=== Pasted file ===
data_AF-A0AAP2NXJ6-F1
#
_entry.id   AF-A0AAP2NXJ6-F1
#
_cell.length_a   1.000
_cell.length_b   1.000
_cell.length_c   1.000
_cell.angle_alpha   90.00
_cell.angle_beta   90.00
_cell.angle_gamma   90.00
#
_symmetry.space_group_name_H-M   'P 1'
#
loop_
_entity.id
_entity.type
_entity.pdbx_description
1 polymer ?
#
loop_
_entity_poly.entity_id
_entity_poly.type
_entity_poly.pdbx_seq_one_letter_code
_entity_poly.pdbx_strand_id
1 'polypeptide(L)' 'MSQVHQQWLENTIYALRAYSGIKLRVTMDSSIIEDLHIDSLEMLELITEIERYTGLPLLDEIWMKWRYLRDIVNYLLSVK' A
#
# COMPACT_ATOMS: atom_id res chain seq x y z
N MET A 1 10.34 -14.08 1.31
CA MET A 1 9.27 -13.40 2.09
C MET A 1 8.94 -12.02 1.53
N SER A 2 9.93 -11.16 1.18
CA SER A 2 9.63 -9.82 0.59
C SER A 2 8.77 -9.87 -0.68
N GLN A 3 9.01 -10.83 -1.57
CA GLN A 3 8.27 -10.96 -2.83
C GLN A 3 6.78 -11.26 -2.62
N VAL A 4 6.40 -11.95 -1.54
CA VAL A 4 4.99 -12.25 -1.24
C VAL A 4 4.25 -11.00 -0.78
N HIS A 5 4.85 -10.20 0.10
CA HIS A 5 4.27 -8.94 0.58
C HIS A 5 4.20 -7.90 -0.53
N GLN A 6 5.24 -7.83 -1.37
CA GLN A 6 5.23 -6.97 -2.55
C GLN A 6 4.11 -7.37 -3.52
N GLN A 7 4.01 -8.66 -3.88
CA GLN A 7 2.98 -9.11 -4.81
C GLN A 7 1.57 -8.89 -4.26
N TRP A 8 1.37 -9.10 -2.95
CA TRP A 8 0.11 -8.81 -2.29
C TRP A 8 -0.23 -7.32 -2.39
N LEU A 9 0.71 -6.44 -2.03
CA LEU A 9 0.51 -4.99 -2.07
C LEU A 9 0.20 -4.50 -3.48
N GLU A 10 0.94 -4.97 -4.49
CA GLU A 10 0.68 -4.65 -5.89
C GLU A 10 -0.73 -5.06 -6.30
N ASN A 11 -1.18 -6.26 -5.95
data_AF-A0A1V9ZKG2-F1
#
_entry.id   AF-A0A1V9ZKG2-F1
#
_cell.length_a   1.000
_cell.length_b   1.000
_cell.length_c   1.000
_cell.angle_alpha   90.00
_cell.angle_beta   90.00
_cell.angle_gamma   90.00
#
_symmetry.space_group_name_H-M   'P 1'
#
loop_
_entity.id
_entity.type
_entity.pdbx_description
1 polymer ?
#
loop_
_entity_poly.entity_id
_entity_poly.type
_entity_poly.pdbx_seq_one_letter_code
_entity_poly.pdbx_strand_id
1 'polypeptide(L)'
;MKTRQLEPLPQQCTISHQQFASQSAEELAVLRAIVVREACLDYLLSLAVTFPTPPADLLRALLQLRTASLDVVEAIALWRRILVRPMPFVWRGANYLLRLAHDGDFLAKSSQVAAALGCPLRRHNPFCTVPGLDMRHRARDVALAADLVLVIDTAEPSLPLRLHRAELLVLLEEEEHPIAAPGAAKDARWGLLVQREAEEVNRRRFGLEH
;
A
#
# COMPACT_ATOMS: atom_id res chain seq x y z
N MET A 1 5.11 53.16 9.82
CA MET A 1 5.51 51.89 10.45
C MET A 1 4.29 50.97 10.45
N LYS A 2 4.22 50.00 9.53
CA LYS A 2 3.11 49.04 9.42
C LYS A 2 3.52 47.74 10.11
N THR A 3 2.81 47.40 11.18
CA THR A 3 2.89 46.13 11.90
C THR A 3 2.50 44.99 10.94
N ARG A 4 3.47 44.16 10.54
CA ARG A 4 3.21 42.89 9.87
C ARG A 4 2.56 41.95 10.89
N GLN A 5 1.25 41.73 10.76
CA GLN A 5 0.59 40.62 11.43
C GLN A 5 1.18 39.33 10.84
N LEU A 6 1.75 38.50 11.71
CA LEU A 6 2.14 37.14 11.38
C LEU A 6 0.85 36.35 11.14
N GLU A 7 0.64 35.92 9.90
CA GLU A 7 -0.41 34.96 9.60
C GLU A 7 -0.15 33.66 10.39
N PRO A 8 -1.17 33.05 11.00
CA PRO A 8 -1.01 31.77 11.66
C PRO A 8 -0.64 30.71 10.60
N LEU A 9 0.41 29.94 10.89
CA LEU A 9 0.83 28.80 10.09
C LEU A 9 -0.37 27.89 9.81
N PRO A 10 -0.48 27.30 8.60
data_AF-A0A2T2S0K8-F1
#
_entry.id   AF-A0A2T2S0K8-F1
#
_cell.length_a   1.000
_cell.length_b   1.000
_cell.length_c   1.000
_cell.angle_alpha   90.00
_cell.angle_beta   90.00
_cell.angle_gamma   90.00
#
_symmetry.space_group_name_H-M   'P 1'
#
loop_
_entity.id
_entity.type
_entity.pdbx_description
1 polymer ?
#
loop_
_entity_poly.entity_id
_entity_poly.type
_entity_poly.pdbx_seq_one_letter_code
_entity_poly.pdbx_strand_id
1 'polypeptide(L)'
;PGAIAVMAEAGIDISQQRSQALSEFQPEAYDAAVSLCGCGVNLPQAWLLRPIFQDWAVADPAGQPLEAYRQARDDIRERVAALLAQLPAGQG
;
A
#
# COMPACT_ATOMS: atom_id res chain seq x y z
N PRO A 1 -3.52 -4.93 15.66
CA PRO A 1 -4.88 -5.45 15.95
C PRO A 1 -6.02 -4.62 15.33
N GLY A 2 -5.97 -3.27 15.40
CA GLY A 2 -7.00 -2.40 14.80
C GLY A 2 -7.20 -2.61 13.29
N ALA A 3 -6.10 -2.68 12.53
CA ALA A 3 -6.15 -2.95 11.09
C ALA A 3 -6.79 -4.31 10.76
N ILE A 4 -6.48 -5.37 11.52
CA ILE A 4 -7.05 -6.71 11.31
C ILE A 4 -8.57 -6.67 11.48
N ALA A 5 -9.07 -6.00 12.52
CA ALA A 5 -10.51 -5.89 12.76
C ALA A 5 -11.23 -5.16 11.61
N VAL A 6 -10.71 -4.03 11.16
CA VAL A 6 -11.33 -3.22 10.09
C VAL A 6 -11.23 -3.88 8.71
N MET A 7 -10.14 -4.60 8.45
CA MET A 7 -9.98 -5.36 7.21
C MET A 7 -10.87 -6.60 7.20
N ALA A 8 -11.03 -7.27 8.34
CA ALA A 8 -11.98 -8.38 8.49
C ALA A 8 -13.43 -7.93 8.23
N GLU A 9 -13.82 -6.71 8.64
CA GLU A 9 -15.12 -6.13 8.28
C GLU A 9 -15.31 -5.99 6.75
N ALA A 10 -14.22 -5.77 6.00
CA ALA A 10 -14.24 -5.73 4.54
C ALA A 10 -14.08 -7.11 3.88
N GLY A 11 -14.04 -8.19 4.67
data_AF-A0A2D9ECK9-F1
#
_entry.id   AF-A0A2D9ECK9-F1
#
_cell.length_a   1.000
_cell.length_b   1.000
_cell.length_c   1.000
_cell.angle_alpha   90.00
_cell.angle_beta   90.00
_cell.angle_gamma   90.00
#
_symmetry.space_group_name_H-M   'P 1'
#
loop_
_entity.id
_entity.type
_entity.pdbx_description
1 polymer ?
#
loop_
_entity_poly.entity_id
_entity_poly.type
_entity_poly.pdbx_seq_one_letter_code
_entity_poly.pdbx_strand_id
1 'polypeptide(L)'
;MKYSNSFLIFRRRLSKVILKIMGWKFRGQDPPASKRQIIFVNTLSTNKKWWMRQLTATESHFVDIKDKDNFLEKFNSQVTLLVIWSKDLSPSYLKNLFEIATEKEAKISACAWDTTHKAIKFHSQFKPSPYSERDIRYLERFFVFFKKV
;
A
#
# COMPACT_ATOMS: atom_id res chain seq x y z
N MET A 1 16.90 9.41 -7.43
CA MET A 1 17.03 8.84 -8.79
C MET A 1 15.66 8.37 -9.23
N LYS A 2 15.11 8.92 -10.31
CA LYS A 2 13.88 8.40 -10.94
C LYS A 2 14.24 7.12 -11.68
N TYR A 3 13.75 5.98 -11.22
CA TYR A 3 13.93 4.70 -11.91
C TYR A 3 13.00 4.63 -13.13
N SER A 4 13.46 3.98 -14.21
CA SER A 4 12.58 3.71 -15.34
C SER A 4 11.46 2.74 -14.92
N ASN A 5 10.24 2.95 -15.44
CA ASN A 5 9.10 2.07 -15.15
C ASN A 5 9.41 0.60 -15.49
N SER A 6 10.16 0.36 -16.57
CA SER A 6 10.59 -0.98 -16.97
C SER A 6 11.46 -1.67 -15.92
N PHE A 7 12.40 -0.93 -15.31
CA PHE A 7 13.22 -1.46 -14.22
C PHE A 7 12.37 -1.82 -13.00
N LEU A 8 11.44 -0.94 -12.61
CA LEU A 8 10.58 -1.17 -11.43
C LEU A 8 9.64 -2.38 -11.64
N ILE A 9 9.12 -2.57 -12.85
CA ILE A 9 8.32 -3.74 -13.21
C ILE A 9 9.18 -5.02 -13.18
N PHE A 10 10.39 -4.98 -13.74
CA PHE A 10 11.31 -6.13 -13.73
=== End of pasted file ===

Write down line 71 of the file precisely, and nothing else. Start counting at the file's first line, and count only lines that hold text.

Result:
#